Harvest record hope in billion-dollar rain

Brad Thompson, Jenne Brammer, Jo Fulwood and Claire TyrellThe West Australian

Farmers are calling it a billion-dollar boost to the WA economy after weekend rain came at a crucial time for crops throughout grain growing regions.

Falls of more than 25mm — or an inch — covered farms that needed it most after long dry spells and put WA on target for a third consecutive bumper harvest.

Few of the more than 4200 grain growers in WA missed out on the rain which started late last week. It fell from the northern tip of the Wheatbelt around Northampton out to Southern Cross in the east and Esperance on the south coast.

“The crop was well set up but badly in need of rain and it has come,” farm consultant David Falconer said.

“It is a billion-dollar boost if the benefit of this rain continues through to harvest. The whole State needed rain, some districts more than others and this has been extensive.”

Wheat prices have held at more than $300 a tonne and canola near $560 a tonne. The rain gives WA a realistic chance of nearing its record 17-million-tonne harvest.

Mr Falconer said the rain had value beyond crop yields because it flowed through to small rural businesses and affected mental and physical wellbeing.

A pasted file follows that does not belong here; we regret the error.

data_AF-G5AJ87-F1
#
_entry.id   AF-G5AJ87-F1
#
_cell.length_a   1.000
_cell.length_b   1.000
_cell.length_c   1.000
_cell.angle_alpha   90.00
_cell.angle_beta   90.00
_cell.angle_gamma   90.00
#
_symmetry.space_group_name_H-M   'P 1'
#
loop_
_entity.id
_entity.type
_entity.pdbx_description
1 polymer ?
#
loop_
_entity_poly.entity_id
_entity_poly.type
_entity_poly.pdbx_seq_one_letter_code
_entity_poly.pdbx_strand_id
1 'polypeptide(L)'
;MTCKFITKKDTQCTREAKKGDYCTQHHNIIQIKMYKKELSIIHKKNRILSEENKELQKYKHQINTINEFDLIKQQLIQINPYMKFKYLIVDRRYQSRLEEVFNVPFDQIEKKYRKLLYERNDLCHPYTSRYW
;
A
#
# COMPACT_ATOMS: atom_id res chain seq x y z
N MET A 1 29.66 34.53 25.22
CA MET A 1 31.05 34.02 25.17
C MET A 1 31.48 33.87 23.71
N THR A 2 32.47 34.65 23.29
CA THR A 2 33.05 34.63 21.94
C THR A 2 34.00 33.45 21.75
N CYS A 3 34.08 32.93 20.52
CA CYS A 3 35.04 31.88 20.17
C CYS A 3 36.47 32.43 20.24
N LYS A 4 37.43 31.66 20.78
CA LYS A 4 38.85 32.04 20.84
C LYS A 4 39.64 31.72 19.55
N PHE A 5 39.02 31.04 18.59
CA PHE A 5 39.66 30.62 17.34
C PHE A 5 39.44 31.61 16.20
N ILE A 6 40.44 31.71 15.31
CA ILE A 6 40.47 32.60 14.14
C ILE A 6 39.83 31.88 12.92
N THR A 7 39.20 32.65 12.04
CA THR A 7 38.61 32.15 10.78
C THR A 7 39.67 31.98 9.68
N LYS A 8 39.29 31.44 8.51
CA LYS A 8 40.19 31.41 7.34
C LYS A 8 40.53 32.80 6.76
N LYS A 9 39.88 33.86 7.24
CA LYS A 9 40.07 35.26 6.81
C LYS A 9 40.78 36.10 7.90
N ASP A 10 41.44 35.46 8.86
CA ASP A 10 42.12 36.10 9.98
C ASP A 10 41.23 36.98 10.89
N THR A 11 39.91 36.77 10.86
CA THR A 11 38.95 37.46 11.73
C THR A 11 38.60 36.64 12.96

John Nicoletti, one of WA’s biggest grain growers, said it was “a very happy day” as he reflected on heavy falls on his farms in the eastern Wheatbelt and at Mullewa in the north.

“We’ve been waiting for this rain for a long time,” he said. “It came in the nick of time.”

Maya grower Brian McAlpine said he had puddles on his farm after 40mm fell in the past two days, just as optimism from a good start to the season was fading, as it had in the past two years.

“It is good to see some of the driest areas have had the best rain,” he said.

Brad Nottle, who grows barley, hay and lupins at Kweda, between Brookton and Corrigin, said the 22mm before noon yesterday broke a dry spell going back to mid-May. “It has certainly taken the pressure off,” he said. “If it hadn’t rained, it would have been quite dire.”

Scott and Hayley Watson, who farm at Bonnie Rock with Scott’s brother and sister-in-law Trevor and Peta, received a welcome 25mm across the four days from Thursday to Sunday.

Mr Watson said although he had received between 80mm and 120 mm of summer rainfall, there were many places across the farm where the moisture had been too low to germinate the crops.

“This rain has certainly been positive and may even allow us now to have an average season, given the summer rainfall we received,” he said.

“But since we hadn’t had a double-figure rainfall event since the last summer rain in early April, the crops were very stressed and, in fact, most of the paddocks were dry sown.

“Another week or two and the season would have been just about finished, before it even started.”

The Watsons plant 6000ha of wheat and 1000ha of barley on their property, 60km north-east of Mukinbudin.

“Before this rain we only had about 60 per cent germination,” he said.